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Puerto Rico Throws In The Towel And Declares A Form Of Bankruptcy

It's unknown how much debt will be included in the filing and how much creditors can get back.
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Puerto Rico Throws In The Towel And Declares A Form Of Bankruptcy

Puerto Rico has declared a form of bankruptcy; it's the first time an American state or territory has ever done that.

It's not clear yet just how much Puerto Rico will include in its filing, but it currently has $123 billion in debt and pension obligations.

For context, when Detroit declared bankruptcy in 2013, its debt level was $18 billion.

Of course, Detroit is a city, and Puerto Rico is a territory. But the population of the latter is about the same as San Diego County.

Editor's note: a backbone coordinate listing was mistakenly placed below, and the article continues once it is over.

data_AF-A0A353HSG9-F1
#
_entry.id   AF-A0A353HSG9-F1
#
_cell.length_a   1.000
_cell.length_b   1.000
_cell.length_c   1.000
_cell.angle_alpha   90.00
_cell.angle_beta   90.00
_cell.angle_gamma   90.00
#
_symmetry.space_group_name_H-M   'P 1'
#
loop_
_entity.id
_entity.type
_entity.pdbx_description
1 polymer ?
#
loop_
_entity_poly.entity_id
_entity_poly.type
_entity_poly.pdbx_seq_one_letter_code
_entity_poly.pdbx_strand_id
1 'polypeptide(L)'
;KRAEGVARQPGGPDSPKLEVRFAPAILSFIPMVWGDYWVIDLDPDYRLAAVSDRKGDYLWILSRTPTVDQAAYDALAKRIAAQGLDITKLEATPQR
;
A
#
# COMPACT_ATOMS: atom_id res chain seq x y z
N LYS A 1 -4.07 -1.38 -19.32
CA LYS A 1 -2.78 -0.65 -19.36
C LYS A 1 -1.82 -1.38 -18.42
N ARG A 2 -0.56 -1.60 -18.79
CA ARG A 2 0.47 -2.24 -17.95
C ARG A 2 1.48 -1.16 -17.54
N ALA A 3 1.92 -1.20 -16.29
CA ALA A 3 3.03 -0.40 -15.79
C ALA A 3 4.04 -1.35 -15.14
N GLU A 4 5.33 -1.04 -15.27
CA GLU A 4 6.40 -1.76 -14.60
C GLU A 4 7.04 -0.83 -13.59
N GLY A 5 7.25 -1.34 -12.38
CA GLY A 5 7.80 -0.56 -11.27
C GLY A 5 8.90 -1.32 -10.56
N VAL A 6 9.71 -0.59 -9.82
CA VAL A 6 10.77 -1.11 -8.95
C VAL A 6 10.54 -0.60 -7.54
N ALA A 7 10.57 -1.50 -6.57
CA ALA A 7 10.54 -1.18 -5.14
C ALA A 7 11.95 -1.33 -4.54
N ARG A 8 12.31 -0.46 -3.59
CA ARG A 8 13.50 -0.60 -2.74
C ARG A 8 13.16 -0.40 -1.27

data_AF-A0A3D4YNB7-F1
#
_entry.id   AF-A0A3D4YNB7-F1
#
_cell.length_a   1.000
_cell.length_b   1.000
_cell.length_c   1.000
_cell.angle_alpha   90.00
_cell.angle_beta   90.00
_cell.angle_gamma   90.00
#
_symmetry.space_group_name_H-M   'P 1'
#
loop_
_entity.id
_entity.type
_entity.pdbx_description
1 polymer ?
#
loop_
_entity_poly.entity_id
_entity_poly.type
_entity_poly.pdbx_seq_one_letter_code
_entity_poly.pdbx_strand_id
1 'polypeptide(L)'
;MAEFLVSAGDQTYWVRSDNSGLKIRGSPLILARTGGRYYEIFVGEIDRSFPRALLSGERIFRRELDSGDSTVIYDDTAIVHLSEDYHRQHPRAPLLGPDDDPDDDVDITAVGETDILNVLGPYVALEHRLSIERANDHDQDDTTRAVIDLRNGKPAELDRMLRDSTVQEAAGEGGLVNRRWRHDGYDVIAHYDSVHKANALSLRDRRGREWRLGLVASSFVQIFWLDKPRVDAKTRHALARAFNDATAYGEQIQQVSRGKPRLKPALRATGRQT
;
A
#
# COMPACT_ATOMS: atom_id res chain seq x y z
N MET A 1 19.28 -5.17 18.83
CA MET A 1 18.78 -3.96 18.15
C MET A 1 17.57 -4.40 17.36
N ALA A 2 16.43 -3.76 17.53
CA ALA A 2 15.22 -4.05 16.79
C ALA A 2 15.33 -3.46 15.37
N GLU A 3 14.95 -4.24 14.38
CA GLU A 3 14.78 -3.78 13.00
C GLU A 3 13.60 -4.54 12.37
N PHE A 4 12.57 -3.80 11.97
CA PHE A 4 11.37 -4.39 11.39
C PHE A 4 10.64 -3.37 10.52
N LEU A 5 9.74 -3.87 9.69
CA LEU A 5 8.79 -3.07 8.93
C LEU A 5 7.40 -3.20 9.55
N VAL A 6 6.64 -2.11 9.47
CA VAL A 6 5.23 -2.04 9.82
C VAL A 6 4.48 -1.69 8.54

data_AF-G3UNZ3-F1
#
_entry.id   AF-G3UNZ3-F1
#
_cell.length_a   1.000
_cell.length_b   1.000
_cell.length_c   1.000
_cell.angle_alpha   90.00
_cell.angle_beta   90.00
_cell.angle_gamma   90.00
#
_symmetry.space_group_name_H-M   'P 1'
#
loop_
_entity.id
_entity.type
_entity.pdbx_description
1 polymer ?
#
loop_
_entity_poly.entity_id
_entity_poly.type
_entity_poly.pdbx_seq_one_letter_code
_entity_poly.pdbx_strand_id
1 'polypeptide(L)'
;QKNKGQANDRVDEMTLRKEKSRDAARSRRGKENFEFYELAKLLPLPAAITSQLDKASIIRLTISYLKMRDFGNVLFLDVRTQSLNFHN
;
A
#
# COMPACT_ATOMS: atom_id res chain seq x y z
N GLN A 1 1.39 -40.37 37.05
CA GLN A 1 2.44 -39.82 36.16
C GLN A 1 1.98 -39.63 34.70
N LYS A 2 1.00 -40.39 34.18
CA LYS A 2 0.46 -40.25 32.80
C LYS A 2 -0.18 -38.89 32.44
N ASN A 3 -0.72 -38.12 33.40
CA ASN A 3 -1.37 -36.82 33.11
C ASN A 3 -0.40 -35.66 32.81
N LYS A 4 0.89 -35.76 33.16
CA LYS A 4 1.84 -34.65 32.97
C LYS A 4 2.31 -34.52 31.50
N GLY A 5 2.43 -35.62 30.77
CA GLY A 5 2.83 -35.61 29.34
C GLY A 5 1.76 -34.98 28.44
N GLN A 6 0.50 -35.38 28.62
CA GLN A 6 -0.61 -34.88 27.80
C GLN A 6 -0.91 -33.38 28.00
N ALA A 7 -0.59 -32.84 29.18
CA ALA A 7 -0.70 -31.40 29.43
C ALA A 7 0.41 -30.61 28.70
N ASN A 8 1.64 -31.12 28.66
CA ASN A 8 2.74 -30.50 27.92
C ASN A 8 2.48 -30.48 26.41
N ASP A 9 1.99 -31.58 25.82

Sixty percent of the island's people don't have a job or aren't looking for one. About half are enrolled in Medicaid.

While the economic woes grew, politicians raised taxes and borrowed money just to pay operational costs.

And it didn't help that Puerto Rico lost roughly 10 percent of its population over the past decade.

Many moved to Florida and took their tax dollars with them.

For the next step, the Supreme Court will assign a bankruptcy judge to the case.

The courts will have to work out how much of the creditors' money will be paid back and the order they'll be paid.